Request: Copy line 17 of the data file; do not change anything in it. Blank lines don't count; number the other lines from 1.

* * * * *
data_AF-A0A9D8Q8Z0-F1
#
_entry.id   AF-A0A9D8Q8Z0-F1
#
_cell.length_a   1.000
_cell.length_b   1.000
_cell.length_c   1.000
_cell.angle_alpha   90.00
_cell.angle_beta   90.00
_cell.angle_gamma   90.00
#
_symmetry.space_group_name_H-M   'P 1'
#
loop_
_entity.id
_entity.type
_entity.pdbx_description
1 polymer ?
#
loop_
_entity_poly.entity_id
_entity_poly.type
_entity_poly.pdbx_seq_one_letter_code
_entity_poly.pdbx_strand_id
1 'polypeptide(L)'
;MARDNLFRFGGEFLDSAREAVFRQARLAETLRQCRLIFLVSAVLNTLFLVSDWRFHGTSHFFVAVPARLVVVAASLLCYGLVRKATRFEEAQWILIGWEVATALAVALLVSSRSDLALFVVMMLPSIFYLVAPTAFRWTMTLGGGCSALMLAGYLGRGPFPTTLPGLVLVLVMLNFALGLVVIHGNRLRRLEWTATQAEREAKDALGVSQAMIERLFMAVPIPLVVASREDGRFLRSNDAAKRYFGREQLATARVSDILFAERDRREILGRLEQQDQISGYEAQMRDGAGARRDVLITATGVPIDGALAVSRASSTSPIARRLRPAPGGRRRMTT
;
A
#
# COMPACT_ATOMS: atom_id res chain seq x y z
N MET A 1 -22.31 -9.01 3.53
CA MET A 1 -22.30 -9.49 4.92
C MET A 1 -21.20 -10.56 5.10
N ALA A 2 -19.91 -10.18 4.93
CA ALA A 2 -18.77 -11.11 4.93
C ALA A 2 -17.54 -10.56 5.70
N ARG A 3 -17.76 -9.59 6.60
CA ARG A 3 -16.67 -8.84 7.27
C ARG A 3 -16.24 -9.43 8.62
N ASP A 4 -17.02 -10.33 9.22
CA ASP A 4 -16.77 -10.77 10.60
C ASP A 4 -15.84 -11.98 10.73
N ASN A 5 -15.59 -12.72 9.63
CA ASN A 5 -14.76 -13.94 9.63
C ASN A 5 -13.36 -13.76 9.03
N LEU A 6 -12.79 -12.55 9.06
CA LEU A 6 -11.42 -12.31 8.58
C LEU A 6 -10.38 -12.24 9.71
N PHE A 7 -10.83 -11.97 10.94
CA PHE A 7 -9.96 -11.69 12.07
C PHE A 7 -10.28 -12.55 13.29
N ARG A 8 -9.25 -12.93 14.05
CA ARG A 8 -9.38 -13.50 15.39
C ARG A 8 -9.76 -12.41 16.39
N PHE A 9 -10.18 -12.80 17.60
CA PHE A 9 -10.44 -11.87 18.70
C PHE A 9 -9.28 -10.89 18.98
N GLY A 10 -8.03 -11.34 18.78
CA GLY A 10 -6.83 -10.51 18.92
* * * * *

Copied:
_entity.pdbx_description